UT Austin Professor Sues University for Infringing on His First Amendment Rights

Richard Lowery, a finance professor at the University of Texas at Austin McCombs School of Business, is suing the university’s officials for infringing on his First Amendment rights. 

According to Soli Rice of Texas Scorecard, “In attempts to silence the professor for speaking out on controversial issues, university administration threatened his job, pay, institute affiliation, research opportunities, and academic freedom.”

In the legal complaint that Lowery filed, the finance professor said, “The officials at the state’s flagship university violated his constitutional right to criticize government officials.”

In the lawsuit, Lowery asserted that the university administration “harmed his right to academic freedom.”

Lowery’s suit details that the First Amendment “protects the right of public university professors to engage their colleagues and administrators in debate and discussion concerning academic matters, including what should be taught and the school’s ideological direction and balance.”

Per the Institute for Free Speech, Lowery is “well known” for his “vigorous commentary on university affairs.” His pieces have been published in The Hill, The Texas Tribune, the Houston Chronicle, and The College Fix.

Lowery has built a reputation for using social media and online opinion articles to “publicly criticize university officials’ actions, and ask elected state-government officials to intervene. He has also used such tools to participate in the sort of academic campus discourse that faculty traditionally pursue.”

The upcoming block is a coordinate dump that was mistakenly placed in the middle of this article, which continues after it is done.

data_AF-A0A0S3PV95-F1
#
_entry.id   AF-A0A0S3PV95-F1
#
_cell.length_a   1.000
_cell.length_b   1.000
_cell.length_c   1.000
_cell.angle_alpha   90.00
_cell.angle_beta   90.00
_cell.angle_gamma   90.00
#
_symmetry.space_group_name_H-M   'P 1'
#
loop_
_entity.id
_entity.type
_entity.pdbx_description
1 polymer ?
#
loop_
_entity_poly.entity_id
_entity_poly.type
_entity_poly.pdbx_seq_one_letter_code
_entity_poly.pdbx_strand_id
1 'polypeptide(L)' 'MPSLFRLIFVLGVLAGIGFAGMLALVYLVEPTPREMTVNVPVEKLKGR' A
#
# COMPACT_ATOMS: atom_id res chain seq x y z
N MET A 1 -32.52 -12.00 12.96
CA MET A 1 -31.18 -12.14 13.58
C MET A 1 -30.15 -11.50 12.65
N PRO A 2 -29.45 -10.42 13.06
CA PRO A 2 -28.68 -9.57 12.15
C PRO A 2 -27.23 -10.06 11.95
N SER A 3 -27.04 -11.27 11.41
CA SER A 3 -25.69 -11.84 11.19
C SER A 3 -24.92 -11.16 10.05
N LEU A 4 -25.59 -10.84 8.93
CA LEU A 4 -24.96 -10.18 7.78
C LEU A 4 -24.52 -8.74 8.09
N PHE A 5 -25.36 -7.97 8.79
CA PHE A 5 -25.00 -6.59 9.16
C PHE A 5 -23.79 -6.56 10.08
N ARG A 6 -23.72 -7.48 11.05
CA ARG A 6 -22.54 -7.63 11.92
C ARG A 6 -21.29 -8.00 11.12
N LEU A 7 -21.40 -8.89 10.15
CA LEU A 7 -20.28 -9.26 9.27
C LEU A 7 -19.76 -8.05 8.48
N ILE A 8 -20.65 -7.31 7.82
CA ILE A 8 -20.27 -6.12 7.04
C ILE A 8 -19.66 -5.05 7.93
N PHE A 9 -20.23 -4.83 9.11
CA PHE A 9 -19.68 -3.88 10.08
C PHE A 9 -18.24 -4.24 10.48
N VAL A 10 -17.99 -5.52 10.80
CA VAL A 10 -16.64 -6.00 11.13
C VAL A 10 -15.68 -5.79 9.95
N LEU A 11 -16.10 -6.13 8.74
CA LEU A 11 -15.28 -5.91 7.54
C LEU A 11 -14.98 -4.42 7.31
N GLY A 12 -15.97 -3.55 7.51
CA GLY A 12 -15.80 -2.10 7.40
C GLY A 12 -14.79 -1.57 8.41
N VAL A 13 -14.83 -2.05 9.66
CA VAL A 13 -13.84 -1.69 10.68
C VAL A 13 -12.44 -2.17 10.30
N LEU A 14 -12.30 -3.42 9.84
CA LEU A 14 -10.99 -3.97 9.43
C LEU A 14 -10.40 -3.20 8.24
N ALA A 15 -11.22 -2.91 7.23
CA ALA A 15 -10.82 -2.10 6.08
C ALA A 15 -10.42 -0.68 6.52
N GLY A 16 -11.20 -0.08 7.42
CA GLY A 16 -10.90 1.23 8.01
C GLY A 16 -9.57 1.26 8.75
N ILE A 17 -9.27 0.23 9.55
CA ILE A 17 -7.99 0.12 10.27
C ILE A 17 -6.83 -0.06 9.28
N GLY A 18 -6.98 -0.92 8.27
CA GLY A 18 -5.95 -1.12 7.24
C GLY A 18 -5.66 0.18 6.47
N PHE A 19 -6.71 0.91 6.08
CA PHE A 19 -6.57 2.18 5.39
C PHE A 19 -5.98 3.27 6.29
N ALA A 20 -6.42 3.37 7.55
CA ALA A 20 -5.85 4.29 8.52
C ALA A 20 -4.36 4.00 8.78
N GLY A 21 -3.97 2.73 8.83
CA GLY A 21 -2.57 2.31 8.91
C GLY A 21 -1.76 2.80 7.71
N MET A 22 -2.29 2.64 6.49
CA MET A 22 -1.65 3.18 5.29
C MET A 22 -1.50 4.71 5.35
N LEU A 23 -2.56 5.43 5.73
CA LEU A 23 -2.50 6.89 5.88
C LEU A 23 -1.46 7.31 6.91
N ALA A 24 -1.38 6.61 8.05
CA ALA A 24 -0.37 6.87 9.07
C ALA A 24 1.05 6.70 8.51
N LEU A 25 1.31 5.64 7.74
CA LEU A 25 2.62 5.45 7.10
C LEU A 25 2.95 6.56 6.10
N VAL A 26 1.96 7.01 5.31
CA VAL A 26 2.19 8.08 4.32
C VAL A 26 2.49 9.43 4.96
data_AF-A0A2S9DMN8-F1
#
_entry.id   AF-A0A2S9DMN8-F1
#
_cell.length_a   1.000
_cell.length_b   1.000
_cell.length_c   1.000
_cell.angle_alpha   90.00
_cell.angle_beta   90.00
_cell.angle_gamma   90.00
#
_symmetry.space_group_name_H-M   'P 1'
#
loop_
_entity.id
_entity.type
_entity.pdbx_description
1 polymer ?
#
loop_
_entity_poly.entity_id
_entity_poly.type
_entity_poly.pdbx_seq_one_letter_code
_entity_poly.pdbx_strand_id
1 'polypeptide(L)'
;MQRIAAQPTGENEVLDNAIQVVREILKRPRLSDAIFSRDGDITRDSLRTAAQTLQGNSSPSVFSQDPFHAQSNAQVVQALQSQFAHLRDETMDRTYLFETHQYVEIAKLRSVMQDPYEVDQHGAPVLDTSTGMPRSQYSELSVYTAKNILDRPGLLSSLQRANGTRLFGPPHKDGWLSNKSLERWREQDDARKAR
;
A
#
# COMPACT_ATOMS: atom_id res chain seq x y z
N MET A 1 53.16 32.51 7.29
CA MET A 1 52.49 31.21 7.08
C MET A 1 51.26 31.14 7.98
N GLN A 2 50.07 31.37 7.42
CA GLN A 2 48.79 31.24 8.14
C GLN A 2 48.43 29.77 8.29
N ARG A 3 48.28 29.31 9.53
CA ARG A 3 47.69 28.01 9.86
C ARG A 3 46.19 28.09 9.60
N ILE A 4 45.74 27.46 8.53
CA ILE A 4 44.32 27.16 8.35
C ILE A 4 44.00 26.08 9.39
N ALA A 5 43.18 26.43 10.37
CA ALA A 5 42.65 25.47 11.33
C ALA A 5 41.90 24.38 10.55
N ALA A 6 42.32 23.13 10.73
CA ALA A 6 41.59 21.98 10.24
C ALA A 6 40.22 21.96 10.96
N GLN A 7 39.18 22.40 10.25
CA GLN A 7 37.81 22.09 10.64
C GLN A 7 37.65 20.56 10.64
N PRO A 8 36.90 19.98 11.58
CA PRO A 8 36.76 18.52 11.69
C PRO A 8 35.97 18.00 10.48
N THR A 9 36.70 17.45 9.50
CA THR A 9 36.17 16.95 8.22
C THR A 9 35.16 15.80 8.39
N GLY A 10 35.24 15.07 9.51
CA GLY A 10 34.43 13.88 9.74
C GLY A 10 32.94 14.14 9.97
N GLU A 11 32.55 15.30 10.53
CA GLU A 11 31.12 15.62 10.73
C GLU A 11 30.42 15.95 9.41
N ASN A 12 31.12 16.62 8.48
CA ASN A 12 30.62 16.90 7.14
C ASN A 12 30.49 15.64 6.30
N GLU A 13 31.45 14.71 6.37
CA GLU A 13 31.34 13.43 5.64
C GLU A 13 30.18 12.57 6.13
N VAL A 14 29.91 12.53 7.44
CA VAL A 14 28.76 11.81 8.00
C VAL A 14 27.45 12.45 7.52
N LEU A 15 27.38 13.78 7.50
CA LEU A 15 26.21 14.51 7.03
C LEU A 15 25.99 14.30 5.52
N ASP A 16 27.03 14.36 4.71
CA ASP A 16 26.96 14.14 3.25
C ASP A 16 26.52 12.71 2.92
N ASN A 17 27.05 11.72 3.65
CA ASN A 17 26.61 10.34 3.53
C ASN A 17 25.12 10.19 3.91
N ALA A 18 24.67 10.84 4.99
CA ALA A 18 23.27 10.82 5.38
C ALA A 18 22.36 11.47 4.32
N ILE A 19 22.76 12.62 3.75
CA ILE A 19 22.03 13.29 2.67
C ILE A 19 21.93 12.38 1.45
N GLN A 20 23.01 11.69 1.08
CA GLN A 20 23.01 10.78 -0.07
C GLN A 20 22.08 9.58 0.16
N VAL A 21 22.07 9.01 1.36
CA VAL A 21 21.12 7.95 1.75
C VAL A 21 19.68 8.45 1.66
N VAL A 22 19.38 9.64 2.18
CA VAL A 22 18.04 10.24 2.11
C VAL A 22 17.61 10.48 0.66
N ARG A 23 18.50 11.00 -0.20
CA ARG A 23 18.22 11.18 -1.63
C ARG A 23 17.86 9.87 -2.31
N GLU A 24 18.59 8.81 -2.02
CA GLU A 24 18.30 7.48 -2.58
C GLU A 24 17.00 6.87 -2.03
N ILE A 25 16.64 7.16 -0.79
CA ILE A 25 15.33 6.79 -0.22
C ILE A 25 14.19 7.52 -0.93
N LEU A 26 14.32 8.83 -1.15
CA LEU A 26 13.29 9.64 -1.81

In his articles putting UT officials on blast, Lowery specifically criticizes them for the way they handle issues such as “critical race theory indoctrination, affirmative action, academic freedom, competence-based performance measures, and the future of capitalism.”

Lowery has repeatedly claimed that university administrators are using diversity, equity, and inclusion (DEI) requirements to harass “competent” teachers and professors who are not down with the dominant DEI ideology on campus.

In response, Lowery asserts university administrators “responded with a campaign to silence” him, where they threatened his employment, compensation, institute affiliation, research opportunities, academic freedom, and deemed his behavior to be inviting violence or uncivil in nature.

On top of that, the suit claims school officials “also allowed, or at least did not retract, a UT employee’s request that police surveil Lowery’s speech, because he might contact politicians or other influential people.”

“Lowery got the message,” the suit stated.

As a response to the university’s attempt to muzzle his speech, the professor is aiming to “vindicate” his free speech rights, calling on the court to declare the administration’s actions as unconstitutional and restore his First Amendment rights to speak on issues he was previously silenced on.

Lowery is receiving legal representation from America First Legal and was filed in the Austin federal court.  

Hopefully, Lowery gets his free speech rights restored. Nevertheless, Texas lawmakers must act now and start laying the smackdown on universities that engage in such unconstitutional behavior. They can do so by defunding these institutions, firing staff and professors that act in an anti-freedom manner, and start packing these institutions with right-wing loyalists. The time for debate is over. Legislators must start putting the squeeze on institutions who behave in an anti-American manner.

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